Manitoba government moves to deregulate Peak of the Market’s quota system for table potatoes and root vegetables

Manitoba Agriculture Minister Derek Johnson has introduced a bill that would end the province’s single desk marketing system for table potatoes and root vegetables.

Bill 12, “The Peak of the Market Reorganization Act,” would transition Peak of the Market from a non-profit regulated marketing agency into an independent company. It would also remove the requirement that table potato and root crop producers hold production quota, and allow them to sell fresh potatoes and root crops, such as carrots, onions, parsnips and rutabagas, directly to customers, rather than having to market these crops through Peak of the Market.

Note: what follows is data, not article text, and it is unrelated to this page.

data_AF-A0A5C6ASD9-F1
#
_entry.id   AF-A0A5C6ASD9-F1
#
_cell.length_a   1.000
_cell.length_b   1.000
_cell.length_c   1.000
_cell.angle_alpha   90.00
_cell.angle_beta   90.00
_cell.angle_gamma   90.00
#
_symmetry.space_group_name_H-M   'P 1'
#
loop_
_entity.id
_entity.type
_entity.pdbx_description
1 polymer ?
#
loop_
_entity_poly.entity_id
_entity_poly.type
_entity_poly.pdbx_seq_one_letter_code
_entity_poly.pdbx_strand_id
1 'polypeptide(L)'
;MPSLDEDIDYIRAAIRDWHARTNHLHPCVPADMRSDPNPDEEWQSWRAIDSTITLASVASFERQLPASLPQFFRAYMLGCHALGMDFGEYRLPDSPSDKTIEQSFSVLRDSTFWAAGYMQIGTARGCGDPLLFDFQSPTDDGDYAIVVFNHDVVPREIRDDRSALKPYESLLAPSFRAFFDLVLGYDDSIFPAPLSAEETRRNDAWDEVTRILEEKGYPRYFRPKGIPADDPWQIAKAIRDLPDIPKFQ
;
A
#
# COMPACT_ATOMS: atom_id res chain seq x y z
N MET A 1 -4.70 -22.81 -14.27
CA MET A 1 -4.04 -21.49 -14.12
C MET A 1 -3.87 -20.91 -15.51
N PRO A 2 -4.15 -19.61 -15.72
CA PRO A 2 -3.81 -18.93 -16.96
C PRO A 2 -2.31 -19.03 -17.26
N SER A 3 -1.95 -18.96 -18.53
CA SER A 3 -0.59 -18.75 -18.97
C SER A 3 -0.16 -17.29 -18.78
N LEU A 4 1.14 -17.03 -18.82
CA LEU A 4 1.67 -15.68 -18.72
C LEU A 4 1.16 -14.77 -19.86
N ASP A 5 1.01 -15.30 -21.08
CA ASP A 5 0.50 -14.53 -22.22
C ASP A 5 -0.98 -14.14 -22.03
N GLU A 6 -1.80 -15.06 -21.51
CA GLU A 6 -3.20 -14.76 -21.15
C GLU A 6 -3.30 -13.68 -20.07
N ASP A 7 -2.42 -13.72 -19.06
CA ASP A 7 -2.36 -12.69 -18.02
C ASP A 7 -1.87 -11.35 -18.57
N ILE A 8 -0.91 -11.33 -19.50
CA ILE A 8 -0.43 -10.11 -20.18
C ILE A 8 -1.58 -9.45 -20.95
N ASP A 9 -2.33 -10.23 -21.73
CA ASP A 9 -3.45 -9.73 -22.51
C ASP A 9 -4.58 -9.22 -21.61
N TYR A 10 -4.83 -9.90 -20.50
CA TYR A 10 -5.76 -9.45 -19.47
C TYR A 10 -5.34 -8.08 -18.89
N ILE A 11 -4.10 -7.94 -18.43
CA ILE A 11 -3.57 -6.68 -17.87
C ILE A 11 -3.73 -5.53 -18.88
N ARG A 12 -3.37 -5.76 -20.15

Using terminology that harkens back to end of the Canadian Wheat Board as a single desk marketing agency for Western Canadian wheat, the province says the the bill introduced on Thursday will give “marketing freedom” to producers.

“This legislation would allow producers to grow as many table potatoes and root crops as they wish and to sell to any buyer, while paving the way for a modernized business model for Peak of the Market and strengthening our provincial economy,” says Johnson.

The production quota system, aimed at maintaining stable pricing, was originally implemented in the early 1970s under the Manitoba Vegetable Producers Marketing Plan regulation.

The chair of Peak of the Market’s producer-run board of directors welcomed the introduction of the proposed legislation.

“This is an important development for Manitoba’s vegetable growers by contributing to the modernization of the industry. It will provide significant economic benefit to our community,” said Peter Loewen, in a release shared by the province on Thursday. “Growers are hard-working Manitobans who look forward to continuing to cultivate the best produce, in the most sustainable ways, to create jobs and economic growth for our province.”

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